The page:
I was thinking about putting this group and the next one into the same group, but I think, at times, there might be a reason to differentiate. Serious gamers are people who love very in-depth games. They want to spend the time to work through a long game of Marvel Legendary or Arkham Horror, and they don’t mind so much if the game is cooperative or competitive. If the game is challenging enough and different enough and really allows them to flex their game logic muscles, they are going to enjoy the game. These are the people who try and figure out the optimal strategy for Dominion, and probably own most of the expansions for it. They take their gaming seriously, and when they play, they expect the other people in the group to do that as well.
These people play Risk and are out for blood. They make and break alliances with no concerns about who they beat down in the process. They also aren’t going to have a qualm about knocking out a player early in a long game and just letting them sit there. A cutthroat group is going to want to play long and challenging games, and while they may have hurt feelings in the game, they are able to get past that once the game is over. A player for any group besides the Serious Gamers group isn’t going to be able to hang with a cutthroat group, and even the serious players are going to have more fun elsewhere. I do want to clarify: I’m not trying to say that this group is a bad group. If you play this way and have friends who do as well, more power to you. But often, it’s hard for cutthroat gamers to mix well into other groups and vice-a-versa, probably more so than any other combination.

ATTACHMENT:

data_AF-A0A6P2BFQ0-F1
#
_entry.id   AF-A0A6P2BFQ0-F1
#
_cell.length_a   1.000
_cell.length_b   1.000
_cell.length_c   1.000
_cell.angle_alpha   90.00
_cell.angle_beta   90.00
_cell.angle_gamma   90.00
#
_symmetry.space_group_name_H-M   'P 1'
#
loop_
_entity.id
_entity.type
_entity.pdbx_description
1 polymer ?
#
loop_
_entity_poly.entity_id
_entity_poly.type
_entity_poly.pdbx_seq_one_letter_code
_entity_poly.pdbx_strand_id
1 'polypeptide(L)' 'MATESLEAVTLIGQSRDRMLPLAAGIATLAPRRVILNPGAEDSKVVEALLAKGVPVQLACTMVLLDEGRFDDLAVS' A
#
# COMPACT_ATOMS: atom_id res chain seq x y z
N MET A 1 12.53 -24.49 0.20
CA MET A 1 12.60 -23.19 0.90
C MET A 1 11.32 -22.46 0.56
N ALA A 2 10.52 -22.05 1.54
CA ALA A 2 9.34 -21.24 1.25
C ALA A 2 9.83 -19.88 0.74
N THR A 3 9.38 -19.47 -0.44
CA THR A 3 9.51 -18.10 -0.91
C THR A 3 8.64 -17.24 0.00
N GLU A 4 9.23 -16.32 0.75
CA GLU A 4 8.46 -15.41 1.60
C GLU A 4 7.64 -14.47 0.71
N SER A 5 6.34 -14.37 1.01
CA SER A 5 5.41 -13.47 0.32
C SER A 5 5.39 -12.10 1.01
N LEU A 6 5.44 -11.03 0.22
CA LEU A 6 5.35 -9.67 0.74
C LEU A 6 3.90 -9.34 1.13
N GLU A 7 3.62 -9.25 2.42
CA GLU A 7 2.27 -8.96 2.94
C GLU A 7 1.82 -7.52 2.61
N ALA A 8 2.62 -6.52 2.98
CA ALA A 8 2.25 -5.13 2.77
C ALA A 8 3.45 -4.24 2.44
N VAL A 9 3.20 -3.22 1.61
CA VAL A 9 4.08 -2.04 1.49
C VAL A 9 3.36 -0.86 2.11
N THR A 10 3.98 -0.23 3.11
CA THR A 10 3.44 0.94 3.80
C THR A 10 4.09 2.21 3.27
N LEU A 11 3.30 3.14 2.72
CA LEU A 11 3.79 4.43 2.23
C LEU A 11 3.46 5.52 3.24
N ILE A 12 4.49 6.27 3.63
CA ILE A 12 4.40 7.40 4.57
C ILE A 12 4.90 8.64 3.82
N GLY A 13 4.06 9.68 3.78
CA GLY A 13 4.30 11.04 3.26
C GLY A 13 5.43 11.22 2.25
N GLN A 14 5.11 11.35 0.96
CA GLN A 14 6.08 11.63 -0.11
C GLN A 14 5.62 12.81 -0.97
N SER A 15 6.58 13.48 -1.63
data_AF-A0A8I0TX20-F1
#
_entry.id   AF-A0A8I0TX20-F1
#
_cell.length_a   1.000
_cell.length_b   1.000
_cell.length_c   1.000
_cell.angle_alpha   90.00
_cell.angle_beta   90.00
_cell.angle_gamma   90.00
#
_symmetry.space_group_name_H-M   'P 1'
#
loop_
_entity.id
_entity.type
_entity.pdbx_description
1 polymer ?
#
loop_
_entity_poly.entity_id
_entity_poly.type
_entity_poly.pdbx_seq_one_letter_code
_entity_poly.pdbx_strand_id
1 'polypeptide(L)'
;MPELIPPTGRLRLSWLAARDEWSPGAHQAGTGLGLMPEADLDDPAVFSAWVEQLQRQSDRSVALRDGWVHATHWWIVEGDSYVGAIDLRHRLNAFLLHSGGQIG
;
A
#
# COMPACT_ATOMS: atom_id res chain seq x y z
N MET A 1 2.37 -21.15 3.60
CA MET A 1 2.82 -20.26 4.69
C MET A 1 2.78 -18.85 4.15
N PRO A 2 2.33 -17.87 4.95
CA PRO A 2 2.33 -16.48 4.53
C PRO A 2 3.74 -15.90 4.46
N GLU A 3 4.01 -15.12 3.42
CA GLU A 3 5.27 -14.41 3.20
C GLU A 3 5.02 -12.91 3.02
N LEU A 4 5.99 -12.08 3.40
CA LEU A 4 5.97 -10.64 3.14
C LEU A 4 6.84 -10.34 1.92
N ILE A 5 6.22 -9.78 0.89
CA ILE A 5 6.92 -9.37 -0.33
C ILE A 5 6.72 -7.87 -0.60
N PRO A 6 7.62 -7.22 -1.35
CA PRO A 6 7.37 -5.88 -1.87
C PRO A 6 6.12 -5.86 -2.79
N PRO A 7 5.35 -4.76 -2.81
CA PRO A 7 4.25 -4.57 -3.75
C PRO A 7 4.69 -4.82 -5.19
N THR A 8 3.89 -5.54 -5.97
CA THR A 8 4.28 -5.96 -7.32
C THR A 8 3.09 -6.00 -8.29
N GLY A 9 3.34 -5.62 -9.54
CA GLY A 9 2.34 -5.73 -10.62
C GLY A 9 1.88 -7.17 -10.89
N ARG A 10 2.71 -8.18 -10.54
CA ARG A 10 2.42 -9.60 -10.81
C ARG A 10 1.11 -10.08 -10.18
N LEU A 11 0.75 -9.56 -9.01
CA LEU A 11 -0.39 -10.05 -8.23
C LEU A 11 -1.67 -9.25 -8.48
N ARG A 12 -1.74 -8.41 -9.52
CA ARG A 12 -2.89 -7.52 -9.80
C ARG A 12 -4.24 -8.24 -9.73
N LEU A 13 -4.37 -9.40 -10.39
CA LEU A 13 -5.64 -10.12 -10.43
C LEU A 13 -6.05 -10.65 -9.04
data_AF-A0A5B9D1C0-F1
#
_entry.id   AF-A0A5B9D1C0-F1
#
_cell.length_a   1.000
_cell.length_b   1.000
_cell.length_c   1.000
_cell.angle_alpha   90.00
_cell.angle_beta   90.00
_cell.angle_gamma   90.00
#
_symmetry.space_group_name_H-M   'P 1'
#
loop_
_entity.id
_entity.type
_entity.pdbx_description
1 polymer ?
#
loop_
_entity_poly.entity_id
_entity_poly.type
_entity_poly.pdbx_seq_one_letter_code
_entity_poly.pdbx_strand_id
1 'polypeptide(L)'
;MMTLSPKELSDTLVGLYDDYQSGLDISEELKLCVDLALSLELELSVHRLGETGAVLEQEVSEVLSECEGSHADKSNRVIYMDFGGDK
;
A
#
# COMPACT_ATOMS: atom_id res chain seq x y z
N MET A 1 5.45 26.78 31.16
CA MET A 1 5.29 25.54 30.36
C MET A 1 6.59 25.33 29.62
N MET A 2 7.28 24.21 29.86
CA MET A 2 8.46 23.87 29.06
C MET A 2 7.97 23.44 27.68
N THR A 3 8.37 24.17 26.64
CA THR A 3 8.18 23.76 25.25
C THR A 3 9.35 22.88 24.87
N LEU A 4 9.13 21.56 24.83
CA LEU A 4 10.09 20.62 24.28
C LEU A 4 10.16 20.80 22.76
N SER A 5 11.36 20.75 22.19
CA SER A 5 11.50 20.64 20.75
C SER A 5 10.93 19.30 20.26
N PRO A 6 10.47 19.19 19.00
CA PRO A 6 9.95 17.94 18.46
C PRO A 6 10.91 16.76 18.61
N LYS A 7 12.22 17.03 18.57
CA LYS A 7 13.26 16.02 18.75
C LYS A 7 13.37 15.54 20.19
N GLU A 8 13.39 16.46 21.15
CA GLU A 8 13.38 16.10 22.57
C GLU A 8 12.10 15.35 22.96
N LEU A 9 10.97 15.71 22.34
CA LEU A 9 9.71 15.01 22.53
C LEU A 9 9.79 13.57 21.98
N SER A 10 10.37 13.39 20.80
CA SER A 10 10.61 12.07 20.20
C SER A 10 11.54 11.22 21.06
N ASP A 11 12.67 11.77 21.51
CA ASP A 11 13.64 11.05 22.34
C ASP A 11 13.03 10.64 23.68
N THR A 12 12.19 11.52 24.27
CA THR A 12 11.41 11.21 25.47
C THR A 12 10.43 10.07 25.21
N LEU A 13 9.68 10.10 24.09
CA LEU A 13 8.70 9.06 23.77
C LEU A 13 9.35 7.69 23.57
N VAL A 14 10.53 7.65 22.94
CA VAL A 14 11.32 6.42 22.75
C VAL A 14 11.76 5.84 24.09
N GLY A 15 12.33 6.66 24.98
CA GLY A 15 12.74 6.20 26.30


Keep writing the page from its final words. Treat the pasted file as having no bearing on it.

Just to close up this topic: a lot of these groups work well together; people who are part of a talking group can easily play games that cooperative and casual groups like. And serious gamers can enjoy playing cooperative games and casual games as well. However, it is important to be aware of the dynamic of your group and know how they play. If you have people who are expecting to play serious and challenging games and all you have is party games, some people won’t be having as fun a time, for example. But if you know the type of group you have and what type of player you are, you can always have a fun board game night for everyone.
What type of player are you with board games?